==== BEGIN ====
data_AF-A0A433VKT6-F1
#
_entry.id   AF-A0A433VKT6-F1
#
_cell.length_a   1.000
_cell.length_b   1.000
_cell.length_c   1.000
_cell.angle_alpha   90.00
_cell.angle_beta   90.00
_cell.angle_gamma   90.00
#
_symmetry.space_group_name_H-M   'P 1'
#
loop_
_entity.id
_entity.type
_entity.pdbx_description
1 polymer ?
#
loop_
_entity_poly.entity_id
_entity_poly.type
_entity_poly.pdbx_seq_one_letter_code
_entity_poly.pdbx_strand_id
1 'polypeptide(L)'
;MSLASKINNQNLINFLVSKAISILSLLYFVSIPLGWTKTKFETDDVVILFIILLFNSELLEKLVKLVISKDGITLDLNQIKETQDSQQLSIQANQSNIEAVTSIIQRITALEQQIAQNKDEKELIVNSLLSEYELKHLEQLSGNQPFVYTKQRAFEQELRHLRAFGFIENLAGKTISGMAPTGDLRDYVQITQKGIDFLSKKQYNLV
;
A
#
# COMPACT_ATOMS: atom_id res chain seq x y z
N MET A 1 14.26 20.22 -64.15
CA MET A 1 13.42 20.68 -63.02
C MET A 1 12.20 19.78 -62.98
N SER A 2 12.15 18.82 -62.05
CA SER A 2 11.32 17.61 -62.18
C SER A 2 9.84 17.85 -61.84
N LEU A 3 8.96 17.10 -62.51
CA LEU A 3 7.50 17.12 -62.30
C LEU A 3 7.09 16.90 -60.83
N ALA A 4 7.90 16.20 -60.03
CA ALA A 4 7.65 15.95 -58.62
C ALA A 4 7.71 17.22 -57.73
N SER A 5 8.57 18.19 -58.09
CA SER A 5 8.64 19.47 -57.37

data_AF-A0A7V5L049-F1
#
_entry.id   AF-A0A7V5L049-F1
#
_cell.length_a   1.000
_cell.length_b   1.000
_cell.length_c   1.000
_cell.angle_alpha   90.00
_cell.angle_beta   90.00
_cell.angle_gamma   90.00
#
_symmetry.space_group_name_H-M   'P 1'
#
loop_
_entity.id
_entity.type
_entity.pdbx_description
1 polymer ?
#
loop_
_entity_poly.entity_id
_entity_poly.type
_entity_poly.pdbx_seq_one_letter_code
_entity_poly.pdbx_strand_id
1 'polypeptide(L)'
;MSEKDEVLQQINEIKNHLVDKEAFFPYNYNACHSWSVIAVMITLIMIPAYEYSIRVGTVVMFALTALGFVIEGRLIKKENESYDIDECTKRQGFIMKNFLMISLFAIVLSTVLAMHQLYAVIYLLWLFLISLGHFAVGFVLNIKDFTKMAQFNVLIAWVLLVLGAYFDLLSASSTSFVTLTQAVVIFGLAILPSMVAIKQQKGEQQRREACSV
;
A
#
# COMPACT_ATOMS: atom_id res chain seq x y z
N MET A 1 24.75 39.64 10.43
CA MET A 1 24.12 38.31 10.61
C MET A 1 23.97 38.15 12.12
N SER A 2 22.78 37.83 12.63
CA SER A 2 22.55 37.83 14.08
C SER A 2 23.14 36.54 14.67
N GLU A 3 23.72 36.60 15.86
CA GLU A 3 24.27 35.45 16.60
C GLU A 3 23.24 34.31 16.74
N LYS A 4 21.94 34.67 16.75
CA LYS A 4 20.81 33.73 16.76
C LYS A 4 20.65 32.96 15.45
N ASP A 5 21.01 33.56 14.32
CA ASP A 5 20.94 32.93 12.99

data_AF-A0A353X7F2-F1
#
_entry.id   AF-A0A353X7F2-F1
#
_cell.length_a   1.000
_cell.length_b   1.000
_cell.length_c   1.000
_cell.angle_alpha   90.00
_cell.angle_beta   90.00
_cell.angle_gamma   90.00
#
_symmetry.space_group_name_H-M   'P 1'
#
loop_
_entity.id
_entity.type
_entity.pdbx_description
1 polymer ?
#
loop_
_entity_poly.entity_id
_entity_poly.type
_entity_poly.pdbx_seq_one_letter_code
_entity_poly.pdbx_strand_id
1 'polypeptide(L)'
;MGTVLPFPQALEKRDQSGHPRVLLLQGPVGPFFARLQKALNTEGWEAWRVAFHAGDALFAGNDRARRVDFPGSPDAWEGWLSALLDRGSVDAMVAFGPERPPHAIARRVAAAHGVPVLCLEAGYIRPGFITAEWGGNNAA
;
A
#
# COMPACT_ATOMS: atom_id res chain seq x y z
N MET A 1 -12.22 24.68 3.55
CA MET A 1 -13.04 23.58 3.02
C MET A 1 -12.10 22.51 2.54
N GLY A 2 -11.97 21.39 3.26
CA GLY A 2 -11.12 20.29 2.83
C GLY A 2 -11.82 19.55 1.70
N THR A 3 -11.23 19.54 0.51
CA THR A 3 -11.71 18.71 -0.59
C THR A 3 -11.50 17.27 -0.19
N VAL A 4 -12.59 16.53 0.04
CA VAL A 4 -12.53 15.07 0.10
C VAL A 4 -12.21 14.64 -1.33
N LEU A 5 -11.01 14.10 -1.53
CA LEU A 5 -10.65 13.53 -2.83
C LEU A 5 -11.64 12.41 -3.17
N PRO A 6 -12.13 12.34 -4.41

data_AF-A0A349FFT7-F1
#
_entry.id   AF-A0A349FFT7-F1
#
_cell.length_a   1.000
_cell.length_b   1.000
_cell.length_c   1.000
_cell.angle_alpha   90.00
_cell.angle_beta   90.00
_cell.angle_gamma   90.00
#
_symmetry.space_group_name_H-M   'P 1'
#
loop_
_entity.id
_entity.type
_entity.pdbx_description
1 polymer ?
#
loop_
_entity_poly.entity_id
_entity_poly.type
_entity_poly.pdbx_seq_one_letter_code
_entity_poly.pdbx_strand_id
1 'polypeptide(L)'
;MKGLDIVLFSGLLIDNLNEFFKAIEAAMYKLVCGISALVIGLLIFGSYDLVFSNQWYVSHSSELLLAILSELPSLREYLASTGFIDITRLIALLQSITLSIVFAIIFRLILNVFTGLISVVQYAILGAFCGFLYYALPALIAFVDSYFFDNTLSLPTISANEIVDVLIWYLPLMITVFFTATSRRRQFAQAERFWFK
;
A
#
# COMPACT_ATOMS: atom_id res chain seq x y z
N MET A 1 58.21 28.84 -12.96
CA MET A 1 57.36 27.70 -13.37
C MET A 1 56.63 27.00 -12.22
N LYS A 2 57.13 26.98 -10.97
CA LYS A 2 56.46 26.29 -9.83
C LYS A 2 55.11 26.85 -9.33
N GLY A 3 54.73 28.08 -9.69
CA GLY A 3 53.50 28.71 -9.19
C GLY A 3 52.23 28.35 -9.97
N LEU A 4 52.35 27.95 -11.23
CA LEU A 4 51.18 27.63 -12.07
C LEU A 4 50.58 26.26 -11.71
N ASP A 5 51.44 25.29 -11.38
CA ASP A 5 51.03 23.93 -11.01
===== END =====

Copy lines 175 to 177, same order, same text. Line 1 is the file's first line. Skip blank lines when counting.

CA LEU A 4 51.18 27.63 -12.07
C LEU A 4 50.58 26.26 -11.71
N ASP A 5 51.44 25.29 -11.38